March 4, 1893 - Inducted into the House of Representatives for his first term as Congressman, serving until January 28, 1907.
January 23, 1907 - Elected to the United States Senate to fill out the term of Senator Joseph Burton, and simultaneously elected to serve the succeeding term.
January 29, 1907 - First day of service in the United States Senate. During term, Curtis served as the President Pro Tempore of the Senate in the 62nd Congress. He lost his reelection campaign in 1912 after support for the high tariff legislation, the Payne-Aldrich Tariff, caused a split in the Republican Party. Curtis lost the nomination to another Republican, who also lost the seat.
March 4, 1915 - Seventeenth Admendment causes direct election of Senators. Charles Curtis runs for Senate again, defeating the Democratic and Progressive candidates in 1914 election due to voter concerns of the economic recession and World War I. Inaugurated on this date, serving as a Senator through March 3, 1929.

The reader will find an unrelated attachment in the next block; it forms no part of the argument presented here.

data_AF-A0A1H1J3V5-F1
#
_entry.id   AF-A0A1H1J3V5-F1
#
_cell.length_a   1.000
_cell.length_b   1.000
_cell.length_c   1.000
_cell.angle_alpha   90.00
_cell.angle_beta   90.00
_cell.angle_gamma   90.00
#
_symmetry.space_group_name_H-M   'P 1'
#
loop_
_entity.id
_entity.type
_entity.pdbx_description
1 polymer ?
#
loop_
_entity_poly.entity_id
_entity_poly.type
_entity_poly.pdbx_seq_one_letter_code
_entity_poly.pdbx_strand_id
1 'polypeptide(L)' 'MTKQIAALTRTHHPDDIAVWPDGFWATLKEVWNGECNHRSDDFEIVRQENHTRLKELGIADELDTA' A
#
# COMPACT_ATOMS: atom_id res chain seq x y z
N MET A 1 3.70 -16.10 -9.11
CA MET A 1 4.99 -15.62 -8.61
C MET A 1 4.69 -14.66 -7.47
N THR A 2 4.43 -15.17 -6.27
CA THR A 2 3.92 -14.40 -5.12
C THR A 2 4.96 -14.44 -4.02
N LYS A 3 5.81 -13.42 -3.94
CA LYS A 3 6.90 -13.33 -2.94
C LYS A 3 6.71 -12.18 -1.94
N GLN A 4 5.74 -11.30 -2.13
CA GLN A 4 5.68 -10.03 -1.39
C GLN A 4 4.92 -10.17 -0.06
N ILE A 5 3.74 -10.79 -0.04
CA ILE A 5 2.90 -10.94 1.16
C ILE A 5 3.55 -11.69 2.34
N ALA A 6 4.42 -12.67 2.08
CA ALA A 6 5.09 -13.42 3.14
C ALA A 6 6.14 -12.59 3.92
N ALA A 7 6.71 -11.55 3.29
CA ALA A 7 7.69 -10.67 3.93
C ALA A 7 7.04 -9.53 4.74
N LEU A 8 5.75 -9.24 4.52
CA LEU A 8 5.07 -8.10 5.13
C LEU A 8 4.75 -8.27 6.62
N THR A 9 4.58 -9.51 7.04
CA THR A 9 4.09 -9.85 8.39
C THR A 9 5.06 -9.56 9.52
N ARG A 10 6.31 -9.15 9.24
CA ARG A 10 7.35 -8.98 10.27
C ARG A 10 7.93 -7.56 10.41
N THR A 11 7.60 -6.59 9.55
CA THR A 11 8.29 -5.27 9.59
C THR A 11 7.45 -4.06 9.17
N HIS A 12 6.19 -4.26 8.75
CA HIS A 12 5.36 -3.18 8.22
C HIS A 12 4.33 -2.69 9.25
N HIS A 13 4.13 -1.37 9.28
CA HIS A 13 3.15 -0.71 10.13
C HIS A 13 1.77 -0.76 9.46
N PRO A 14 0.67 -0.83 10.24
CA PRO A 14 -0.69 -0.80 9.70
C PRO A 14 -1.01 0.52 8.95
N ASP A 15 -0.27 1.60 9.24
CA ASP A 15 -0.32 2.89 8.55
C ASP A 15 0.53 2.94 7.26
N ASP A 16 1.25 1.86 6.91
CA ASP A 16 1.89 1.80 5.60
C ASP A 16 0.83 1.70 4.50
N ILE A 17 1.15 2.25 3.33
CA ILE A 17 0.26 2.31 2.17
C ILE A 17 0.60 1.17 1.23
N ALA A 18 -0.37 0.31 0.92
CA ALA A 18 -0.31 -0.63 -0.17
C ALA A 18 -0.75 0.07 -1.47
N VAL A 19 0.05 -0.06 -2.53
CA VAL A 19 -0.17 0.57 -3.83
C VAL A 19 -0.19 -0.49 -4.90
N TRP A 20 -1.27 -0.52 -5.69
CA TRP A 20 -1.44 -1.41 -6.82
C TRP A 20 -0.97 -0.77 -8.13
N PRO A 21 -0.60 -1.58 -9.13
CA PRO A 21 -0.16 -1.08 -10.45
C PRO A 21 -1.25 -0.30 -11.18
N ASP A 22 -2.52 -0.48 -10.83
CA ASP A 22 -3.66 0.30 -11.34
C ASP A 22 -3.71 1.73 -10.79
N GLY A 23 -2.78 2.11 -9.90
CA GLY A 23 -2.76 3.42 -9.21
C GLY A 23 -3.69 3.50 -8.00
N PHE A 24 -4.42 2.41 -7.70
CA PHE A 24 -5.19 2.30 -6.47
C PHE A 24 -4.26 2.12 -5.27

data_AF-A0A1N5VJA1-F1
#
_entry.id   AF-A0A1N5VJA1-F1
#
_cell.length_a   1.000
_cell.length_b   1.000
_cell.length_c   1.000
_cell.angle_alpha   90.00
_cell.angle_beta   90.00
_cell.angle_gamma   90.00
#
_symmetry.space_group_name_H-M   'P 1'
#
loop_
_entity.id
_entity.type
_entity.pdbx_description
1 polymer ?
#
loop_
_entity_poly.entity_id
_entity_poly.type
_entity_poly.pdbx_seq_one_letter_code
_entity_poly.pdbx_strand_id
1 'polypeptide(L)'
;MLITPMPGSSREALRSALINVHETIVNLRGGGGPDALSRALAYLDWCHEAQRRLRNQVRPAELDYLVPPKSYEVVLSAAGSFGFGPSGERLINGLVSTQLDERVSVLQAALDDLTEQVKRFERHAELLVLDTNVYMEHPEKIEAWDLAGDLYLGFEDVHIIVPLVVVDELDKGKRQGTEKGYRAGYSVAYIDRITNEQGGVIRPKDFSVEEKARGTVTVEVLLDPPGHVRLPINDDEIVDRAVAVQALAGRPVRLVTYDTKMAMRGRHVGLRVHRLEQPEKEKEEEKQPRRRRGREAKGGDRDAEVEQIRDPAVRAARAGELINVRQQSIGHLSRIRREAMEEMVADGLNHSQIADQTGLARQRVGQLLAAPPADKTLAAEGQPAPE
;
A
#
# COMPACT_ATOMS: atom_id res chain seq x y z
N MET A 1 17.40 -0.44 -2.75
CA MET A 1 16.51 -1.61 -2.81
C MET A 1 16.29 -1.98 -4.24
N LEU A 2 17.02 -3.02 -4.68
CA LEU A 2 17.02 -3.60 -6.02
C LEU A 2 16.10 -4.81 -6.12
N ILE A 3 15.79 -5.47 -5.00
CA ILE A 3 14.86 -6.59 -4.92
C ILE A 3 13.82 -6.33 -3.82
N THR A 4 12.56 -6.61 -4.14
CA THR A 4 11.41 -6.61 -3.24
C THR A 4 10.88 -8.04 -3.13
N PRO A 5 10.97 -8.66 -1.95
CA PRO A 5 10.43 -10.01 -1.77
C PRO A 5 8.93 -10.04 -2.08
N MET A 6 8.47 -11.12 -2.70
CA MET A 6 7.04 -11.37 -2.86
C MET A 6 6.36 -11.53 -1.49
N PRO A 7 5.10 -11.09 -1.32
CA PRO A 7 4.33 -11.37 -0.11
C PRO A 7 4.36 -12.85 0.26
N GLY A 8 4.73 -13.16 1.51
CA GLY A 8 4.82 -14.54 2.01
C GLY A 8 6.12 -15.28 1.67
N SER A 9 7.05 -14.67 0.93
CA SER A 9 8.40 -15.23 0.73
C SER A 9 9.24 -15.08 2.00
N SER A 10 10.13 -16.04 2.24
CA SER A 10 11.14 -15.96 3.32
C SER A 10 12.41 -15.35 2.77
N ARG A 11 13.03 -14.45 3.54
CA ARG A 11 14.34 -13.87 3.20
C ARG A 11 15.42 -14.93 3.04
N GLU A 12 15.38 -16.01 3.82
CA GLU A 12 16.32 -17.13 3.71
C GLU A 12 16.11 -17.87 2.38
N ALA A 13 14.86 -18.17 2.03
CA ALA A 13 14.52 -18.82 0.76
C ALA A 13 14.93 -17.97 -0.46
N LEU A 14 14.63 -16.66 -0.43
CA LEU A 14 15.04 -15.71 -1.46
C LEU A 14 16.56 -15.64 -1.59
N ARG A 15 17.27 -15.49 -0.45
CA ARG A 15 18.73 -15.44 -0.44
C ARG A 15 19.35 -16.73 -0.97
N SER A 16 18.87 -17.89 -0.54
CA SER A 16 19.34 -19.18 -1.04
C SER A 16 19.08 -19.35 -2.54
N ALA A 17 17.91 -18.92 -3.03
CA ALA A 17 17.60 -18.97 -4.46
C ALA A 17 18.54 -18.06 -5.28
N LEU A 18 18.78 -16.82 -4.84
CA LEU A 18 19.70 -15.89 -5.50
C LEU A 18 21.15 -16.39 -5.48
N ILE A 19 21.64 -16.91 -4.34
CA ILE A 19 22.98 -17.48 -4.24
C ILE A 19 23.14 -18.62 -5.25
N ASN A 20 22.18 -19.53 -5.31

March 4, 1929 - On winning ticket of Herbert Hoover and inaugurated on this date as Vice President of the United States, serving for one term. The Hoover-Curtis ticket lost their reelection bid on November 8, 1932 to Democrat Franklin D. Roosevelt, 472 Electoral College votes to 59, due in large part to the economic depression and stock market collapse of 1929.
Photo above: Charles Curtis, 1908, G.V. Buck. Courtesy Library of Congress. Below: Vice President Charles Curtis and President Herbert Hoover, 1928, Harris and Ewing. Courtesy Library of Congress. Source: Biographical Directory of the United States Congress; Senate.gov History; Kansas Historical Society; azquotes.com; vpcharlescurtis.net; Wikipedia Commons.